While the strength of these other rights and interests are not certain, they may, in theory at least, be sufficient to invalidate a competent patient’s decision to refuse medical treatment — particularly in an attempted suicide. If this were the case, and the patient were not treated, it might be possible for the patient’s family to bring an action in negligence with a hefty damages claim. Kerrie Wooltorton’s parents have reportedly begun such proceedings.21 There is also the possibility that refusal to treat in these circumstances might be construed as aiding and abetting a suicide attempt, which is illegal in all Australian states and territories. Some jurisdictions provide a defence to people who use force to prevent a suicide (Crimes Act 1900 [NSW] s. 574B; Crimes Act 1900 [ACT] s. 18; Crimes Act 1958 [Vic] s. 463B; Criminal Law Consolidation Act 1935 [SA] s. 13A). This defence protects against criminal prosecution and may also prevent a civil claim; however, the applicability of this defence to the case of an otherwise valid refusal of medical treatment is not established.
If the treating doctors remain uncertain about the patient’s capacity or about the validity of an advance directive, or if they are uncertain as to whether an apparently competent request to refuse treatment should be followed (eg, because of concerns about aiding a suicide), there is a further option. They may provide life-saving treatment under the doctrine of necessity and simultaneously seek an urgent court order to clarify these questions.
Admittedly, this course of action is not risk-free, as a court may ultimately disagree with the clinicians’ interim assessment of the patient’s capacity, and there is a risk of civil and criminal liability for assault if the doctrine of necessity were held by a court not to apply in these circumstances. However, the law recognises that where there is genuine doubt about the legality of a decision to refuse treatment, that doubt falls to be resolved in favour of the preservation of life, at least until the legality of the refusal is confirmed.6,7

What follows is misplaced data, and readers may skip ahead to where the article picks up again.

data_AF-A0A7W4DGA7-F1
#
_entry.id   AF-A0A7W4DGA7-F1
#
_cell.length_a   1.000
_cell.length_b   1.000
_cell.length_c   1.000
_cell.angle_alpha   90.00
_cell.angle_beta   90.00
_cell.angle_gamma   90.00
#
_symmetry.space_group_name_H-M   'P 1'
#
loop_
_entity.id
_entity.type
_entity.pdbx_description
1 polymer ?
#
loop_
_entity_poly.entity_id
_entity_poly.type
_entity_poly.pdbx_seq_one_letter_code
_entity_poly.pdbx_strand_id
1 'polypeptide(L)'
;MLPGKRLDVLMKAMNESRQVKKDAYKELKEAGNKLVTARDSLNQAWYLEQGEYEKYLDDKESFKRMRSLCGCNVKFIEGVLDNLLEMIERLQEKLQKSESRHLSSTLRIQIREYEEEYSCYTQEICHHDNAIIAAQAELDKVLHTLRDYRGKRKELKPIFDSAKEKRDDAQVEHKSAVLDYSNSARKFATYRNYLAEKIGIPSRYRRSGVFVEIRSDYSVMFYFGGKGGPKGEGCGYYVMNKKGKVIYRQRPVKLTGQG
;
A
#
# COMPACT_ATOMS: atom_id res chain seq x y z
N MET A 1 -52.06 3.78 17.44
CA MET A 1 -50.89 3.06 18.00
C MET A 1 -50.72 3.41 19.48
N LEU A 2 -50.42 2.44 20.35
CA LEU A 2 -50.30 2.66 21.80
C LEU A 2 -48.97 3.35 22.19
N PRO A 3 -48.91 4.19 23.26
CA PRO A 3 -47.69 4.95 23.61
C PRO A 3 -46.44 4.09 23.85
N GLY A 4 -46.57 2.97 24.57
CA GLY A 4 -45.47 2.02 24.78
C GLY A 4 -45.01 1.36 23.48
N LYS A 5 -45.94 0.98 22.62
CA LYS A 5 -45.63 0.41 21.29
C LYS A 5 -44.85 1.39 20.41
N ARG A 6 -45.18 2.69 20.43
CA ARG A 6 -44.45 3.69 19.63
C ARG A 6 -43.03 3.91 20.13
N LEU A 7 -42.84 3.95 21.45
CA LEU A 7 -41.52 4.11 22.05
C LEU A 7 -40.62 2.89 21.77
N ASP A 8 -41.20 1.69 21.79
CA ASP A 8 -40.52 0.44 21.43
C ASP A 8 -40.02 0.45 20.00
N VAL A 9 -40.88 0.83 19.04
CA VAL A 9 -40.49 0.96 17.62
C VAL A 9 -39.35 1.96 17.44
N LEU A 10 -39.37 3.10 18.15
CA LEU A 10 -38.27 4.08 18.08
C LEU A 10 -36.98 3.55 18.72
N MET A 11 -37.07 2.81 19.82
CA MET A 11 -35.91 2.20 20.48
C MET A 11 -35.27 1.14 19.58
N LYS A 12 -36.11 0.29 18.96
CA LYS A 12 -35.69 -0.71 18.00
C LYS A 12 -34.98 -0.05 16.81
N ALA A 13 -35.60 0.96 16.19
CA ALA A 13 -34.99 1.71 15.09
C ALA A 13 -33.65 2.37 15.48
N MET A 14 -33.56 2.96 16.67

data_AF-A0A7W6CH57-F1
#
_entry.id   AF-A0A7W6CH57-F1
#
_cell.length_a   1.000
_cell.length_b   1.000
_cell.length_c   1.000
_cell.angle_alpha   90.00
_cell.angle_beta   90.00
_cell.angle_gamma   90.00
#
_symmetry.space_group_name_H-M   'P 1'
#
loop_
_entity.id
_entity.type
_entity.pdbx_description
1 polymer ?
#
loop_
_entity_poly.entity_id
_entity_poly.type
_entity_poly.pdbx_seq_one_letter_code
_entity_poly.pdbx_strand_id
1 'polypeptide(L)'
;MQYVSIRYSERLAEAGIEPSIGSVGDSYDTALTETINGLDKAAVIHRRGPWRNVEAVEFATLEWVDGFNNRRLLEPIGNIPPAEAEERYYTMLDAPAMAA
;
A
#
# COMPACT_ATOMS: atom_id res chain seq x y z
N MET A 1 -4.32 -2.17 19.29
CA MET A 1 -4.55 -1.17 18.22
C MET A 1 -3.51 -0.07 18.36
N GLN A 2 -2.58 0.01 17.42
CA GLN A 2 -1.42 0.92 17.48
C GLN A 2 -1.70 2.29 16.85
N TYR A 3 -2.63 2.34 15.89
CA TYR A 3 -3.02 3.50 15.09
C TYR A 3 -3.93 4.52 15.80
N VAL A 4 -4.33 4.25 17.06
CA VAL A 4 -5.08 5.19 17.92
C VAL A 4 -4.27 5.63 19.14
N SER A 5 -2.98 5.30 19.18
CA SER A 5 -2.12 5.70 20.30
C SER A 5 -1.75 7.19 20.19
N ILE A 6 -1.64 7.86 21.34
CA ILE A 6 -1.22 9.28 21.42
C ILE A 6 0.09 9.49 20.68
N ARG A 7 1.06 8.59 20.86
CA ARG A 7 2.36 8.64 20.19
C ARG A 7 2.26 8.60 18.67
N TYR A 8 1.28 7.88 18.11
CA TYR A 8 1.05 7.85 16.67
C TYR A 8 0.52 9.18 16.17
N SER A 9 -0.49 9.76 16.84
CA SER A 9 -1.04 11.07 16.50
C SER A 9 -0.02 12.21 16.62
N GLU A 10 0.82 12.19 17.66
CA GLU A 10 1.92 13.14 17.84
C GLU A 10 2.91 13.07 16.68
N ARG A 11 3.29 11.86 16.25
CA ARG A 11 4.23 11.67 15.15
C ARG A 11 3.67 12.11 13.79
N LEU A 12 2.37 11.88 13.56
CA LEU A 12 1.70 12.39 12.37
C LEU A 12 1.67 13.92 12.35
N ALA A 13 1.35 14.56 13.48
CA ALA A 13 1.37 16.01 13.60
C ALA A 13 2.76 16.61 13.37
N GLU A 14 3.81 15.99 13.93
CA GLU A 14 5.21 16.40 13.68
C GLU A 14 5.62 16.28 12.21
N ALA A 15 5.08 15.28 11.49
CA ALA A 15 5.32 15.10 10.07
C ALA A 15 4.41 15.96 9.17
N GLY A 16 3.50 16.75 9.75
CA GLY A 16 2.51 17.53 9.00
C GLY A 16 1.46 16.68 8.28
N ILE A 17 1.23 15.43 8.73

A presentation like Ms Wooltorton’s places an enormous burden on the treating team. In addition to the clinical demands associated with treating a patient with a life-threatening condition, clinicians must do their best to ascertain the patient’s capacity for his or her apparent decision, consider the correct ethical course, and navigate through uncharted legal waters.
While ultimately each case will need to be examined on its individual merits, we believe that, in most cases, clinicians will be acting ethically and within the law if they provide treatment to such patients, unless the patient cannot be treated under mental health legislation and there is no doubt that the patient’s refusal of treatment is competent.
1 The Wooltorton case
Kerrie Wooltorton was 26 years old when she presented to Norfolk and Norwich University Hospital, having consumed 350 mL of ethylene glycol. She carried a letter dated 3 days earlier that began:
To whom this may concern If I come into hospital regarding an overdose or any attempt of my life, I would like for NO life saving treatment to be given. I would appreciate it if you could continue to give medicines to help relieve my discomfort, painkillers, oxygen etc. I would hope these wishes would be carried out without loads of questioning.
Over three further paragraphs, the letter went on to assure the reader that the author knew the consequences of her refusal, including the likelihood of renal failure should she survive. It also stated specifically that she did not want dialysis and insisted that she had called the ambulance only because she did not wish to die alone at home, not because she had wanted treatment.
When questioned, Ms Wooltorton said simply, “It’s in the letter, it says what I want”.
The treating team consulted widely and sought legal advice. They took the view that Ms Wooltorton was competent to refuse treatment and, on this basis, believed they were obliged to act in accordance with her wishes. She was not given life-saving treatment and died in hospital 2 days later. The Norfolk Coroner recently endorsed the doctors’ decisions (Inquest into the death of Kerrie Wooltorton, 29 September 2009, unpublished extracts, Norfolk Coroner Service, Norwich, UK).